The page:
Bill Clinton Made Millions Overseas
Former president Bill Clinton got filthy, stinking rich by giving speeches to foreigners, AP reports.
Former President Bill Clinton earned nearly $6 million in speaking fees last year, almost all of it from foreign companies, according to financial documents filed by his wife, Secretary of State Hillary Rodham Clinton.
The documents obtained Tuesday by The Associated Press show that $4.6 million of the former president’s reported $5.7 million in 2008 honoraria came from foreign sources, including Kuwait’s national bank, other firms and groups in Canada, Germany, India, Malaysia, Mexico and Portugal and a Hong Kong-based company that spent $100,000 on federal lobbying last year.
Executives at many of the firms that paid honoraria to Bill Clinton have also donated large amounts of money to the Clinton Foundation, according to documents it released last year as part of an agreement with Congress on Hillary Clinton’s nomination as secretary of state. That agreement was aimed at preventing the appearance of any conflict of interest between the ex-president’s charitable organization and his wife’s new job as the United States’ top diplomat.
For one Power Within speech alone, delivered in Edmonton in June 2008, Clinton was paid $525,000, the most for any single event that year. For one event, he got $200,000 and for three others he received $175,000 each, the documents show. The Hong Kong firm, Hybrid Kinetic Automotive Holdings, paid Clinton a $300,000 honorarium on Dec. 4, 2008. Twenty five days later, on Dec. 29, a man listed as the company’s chief financial officer, Jack Xi Deng, made a $25,000 cash donation to the Virginia gubernatorial campaign of Clinton confidant Terry McAuliffe, according to the Virginia Public Access Project.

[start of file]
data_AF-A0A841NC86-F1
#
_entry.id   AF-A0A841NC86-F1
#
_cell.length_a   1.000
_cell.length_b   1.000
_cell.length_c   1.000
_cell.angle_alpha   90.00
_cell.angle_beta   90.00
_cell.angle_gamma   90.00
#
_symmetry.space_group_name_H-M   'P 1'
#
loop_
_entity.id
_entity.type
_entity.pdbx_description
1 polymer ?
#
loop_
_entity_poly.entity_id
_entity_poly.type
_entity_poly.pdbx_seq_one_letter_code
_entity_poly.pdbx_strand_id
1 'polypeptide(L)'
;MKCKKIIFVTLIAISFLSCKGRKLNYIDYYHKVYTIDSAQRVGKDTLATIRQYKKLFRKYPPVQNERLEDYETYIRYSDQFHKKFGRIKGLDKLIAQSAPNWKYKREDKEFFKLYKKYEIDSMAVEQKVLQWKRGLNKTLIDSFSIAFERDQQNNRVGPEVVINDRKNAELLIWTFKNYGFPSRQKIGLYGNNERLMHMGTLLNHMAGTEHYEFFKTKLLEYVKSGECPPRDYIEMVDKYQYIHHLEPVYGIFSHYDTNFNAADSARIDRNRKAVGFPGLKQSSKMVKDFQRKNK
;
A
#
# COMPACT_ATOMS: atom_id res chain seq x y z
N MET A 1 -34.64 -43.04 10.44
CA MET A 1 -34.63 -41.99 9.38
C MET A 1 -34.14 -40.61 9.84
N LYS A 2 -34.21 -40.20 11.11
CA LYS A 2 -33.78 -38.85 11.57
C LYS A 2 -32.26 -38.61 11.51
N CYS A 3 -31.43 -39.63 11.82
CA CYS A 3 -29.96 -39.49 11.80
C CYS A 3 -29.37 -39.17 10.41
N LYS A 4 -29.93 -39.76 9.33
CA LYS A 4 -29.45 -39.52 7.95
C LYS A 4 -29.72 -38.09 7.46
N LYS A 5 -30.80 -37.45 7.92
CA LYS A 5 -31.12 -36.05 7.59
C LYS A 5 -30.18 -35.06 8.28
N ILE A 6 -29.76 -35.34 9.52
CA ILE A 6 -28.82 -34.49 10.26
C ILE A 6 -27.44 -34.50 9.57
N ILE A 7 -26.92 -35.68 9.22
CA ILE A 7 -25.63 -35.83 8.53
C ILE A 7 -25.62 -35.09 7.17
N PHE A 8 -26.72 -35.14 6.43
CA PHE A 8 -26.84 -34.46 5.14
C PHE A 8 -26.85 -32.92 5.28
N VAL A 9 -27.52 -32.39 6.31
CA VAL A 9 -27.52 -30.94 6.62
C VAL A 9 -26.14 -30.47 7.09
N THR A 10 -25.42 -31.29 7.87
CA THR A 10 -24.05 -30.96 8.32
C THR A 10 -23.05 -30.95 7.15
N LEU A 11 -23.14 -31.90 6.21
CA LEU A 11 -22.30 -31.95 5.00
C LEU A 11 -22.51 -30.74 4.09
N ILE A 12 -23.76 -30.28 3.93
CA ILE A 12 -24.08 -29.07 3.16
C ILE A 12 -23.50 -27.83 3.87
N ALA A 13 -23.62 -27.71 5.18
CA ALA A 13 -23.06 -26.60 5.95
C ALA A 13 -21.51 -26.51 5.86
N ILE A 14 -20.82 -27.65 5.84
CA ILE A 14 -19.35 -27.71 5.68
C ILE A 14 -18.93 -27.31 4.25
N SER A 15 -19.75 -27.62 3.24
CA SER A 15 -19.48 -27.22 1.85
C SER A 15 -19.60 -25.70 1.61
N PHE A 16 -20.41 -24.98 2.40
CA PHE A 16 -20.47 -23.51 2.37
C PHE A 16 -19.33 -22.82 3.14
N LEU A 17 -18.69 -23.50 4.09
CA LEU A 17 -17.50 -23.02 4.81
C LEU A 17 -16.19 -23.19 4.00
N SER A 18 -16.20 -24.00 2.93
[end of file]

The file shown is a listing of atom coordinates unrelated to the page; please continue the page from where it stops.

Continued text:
Good work if you can get it, I guess. I’m somewhat bemused that the photo YahooNews chose to illustrate the story is of him speaking to the National Auto Dealers Association and that their initials spell out a Spanish word meaning “nothing,” which almost surely is not what he was paid. (Although de nada is often colloquially translated as “you’re welcome,” which, at these prices, I’m sure he says frequently.)